All Posts   Posted:   April 24, 2018 by Nicole Forbes - Dennis' 7 Dees Education Director

After we have had a few warm, dry spring days, gardeners usually begin thinking about planting tomatoes. Although we seem to be finally warming up and seeing more sun breaks than showers it is still a little early to put unprotected tomato plants in the ground. To bide the time, make a list of the varieties you want to grow this year and work to prepare your soil for planting. Each year, in preparation for planting, you'll want to layer organic amendments like compost, worm castings, lime, and kelp meal on top of your existing garden soil. When it is time, make a hole, plant through the layers, and finish off with a nice thick layer of mulch.
 

So, how do we confidently know when to put our tomatoes in the ground? There are several "benchmarks" that gardeners use to choose the ideal planting time:

  • Calendar date (many local experts agree on Mother’s Day or later)
  • Weather (tomatoes prefer average nighttime temps to be in the 50s)
  • Soil temperature (young tomato plants' ideal soil temperature is 60 degrees or warmer; use a soil thermometer to check and wait to plant until you have had at least 5 consecutive days of 60-degree soil)

One could wait for all three of these factors to combine, creating the trifecta of ideal conditions for planting. Once planting conditions are ideal, plant with a little extra care by stripping off some of the lower leaves and planting deeper than the current soil level to encourage a larger root system. In the bottom of the hole, before the tomato goes in, it is wise to add a nutrient "package" to fortify with calcium and other nutrients to optimize performance and avoid blossom-end rot in your developing fruit.

Our recipe for planting the best tomatoes (and peppers too!) is as follows:

Here are some short-season, more cold-tolerant tomato varieties to ensure a successful crop after a cold and wet spring.

  • Early Girl has always been a favorite but keep your eyes out for New Girl, an improvement on the old standard with better flavor and increased disease resistance.
  • Eastern European heirloom varieties can be more cold-tolerant and short-season; Moskovich is a variety that won high marks in our 2016 tomato tasting event. Stupice and Bloody Butcher are two other great varieties to try.
  • Cherry tomatoes are often a safe bet for an early-ripening, productive plant. One of the most popular cherry types is Sungold—almost always a winner in our tasting events; sweet and juicy! A newer, improved version of Sungold is Sunsugar which has all the great qualities of Sungold but has crack-resistant fruit.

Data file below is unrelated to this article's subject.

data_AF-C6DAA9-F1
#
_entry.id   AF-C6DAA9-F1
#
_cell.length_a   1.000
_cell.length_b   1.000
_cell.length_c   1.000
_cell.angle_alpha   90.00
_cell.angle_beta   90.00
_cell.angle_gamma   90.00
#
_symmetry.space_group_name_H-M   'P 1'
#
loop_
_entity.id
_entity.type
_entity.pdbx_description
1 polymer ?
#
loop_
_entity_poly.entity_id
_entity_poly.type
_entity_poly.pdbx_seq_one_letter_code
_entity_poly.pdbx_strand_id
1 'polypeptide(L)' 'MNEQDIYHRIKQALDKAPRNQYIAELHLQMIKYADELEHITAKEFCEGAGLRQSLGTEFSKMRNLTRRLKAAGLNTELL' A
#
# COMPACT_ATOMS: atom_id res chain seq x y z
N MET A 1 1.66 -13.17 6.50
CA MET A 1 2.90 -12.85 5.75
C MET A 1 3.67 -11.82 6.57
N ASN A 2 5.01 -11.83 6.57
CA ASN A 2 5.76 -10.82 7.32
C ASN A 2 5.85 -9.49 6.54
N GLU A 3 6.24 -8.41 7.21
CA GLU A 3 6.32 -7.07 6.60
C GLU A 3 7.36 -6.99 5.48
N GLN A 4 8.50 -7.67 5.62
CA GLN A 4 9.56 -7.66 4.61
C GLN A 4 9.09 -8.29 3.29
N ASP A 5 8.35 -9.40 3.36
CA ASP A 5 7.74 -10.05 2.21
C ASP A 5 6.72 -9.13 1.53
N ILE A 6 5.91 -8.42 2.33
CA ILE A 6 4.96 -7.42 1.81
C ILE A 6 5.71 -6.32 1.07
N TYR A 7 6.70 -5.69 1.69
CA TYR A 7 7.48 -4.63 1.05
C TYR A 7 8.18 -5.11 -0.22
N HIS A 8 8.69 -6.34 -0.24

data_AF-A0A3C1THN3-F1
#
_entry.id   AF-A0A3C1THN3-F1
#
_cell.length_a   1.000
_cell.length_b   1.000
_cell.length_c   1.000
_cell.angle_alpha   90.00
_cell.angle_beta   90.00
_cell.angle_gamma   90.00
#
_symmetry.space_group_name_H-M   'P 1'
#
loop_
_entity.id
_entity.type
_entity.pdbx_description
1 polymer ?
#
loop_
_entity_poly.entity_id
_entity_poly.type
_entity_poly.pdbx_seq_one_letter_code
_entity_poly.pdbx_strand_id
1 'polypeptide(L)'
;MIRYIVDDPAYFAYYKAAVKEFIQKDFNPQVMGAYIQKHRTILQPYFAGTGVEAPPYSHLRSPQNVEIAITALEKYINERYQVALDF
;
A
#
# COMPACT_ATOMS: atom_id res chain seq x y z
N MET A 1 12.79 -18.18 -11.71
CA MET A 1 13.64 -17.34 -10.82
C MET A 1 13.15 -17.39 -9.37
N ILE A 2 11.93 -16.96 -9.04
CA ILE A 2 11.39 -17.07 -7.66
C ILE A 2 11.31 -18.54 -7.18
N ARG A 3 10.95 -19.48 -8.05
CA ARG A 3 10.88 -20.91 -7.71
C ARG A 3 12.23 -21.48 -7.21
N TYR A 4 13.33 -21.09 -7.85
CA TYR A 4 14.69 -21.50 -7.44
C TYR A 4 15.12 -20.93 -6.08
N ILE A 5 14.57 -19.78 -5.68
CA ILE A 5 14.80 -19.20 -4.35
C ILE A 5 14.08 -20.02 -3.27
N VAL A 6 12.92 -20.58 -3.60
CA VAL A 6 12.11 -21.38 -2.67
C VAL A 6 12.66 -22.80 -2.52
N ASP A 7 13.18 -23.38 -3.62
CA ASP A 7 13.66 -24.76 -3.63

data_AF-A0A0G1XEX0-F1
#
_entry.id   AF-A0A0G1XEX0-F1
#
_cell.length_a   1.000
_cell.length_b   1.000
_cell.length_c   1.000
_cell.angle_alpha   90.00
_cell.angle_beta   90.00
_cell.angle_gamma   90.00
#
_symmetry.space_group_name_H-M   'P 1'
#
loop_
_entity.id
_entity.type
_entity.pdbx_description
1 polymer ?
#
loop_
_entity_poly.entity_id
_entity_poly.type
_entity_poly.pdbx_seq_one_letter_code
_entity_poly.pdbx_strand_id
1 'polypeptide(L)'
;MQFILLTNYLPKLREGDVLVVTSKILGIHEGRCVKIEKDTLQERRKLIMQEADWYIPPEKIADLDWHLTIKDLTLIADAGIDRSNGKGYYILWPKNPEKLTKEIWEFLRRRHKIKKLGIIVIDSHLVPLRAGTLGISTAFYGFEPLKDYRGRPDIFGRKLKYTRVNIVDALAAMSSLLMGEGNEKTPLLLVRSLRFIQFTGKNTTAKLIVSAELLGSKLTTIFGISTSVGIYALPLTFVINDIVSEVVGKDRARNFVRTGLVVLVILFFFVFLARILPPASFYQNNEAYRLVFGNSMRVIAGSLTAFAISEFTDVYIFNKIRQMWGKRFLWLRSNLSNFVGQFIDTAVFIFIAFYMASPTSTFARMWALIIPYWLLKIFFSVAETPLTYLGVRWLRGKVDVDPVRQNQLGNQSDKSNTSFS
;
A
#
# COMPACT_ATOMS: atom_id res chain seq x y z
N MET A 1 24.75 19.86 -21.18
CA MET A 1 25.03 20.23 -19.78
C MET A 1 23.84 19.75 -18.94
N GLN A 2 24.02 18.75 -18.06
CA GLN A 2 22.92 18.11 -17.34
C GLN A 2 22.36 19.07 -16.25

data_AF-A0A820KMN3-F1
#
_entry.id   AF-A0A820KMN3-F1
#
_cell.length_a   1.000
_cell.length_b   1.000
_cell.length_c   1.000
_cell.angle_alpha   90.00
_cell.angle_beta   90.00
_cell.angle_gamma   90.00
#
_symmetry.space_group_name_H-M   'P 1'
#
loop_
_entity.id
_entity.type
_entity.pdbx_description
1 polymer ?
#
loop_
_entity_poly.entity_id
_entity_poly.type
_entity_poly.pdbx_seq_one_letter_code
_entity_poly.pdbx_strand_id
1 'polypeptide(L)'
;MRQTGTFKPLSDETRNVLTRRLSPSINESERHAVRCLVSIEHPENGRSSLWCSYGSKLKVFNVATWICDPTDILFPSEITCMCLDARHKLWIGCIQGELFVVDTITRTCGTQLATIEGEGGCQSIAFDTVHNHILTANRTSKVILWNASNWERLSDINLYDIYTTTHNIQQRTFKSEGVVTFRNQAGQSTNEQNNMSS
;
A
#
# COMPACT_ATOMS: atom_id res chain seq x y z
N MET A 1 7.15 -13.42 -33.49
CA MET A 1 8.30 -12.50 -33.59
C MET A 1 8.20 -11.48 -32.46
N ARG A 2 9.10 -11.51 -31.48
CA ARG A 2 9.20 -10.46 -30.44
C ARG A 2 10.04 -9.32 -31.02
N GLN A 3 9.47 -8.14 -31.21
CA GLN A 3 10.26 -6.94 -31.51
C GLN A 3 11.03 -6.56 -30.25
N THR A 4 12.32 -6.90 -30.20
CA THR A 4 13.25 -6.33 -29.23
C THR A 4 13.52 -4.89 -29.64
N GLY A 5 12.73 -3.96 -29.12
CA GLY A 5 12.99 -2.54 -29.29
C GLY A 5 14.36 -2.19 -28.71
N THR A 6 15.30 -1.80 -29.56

• Other heirloom varieties that received high praise in our 2016 tasting include: Mortgage Lifter, Brandywine, and Amana Orange.

After we have had a few warm, dry spring days, gardeners usually begin thinking about planting tomatoes. Although we seem to be finally warming up and seeing more sun breaks than showers it is still a little early to put unprotected tomato plants in the ground. To bide the time, make a list of the varieties you want to grow this year and work to prepare your soil for planting. Each year, in preparation for planting, you'll want to layer organic amendments like compost, worm castings, lime, and kelp meal on top of your existing garden soil. When it is time, make a hole, plant through the layers, and finish off with a nice thick layer of mulch.
 

So, how do we confidently know when to put our tomatoes in the ground? There are several "benchmarks" that gardeners use to choose the ideal planting time:

  • Calendar date (many local experts agree on Mother’s Day or later)
  • Weather (tomatoes prefer average nighttime temps to be in the 50s)
  • Soil temperature (young tomato plants' ideal soil temperature is 60 degrees or warmer; use a soil thermometer to check and wait to plant until you have had at least 5 consecutive days of 60-degree soil)

One could wait for all three of these factors to combine, creating the trifecta of ideal conditions for planting. Once planting conditions are ideal, plant with a little extra care by stripping off some of the lower leaves and planting deeper than the current soil level to encourage a larger root system. In the bottom of the hole, before the tomato goes in, it is wise to add a nutrient "package" to fortify with calcium and other nutrients to optimize performance and avoid blossom-end rot in your developing fruit.

Our recipe for planting the best tomatoes (and peppers too!) is as follows:

Here are some short-season, more cold-tolerant tomato varieties to ensure a successful crop after a cold and wet spring.

  • Early Girl has always been a favorite but keep your eyes out for New Girl, an improvement on the old standard with better flavor and increased disease resistance.
  • Eastern European heirloom varieties can be more cold-tolerant and short-season; Moskovich is a variety that won high marks in our 2016 tomato tasting event. Stupice and Bloody Butcher are two other great varieties to try.
  • Cherry tomatoes are often a safe bet for an early-ripening, productive plant. One of the most popular cherry types is Sungold—almost always a winner in our tasting events; sweet and juicy! A newer, improved version of Sungold is Sunsugar which has all the great qualities of Sungold but has crack-resistant fruit.
  • Other heirloom varieties that received high praise in our 2016 tasting include: Mortgage Lifter, Brandywine, and Amana Orange.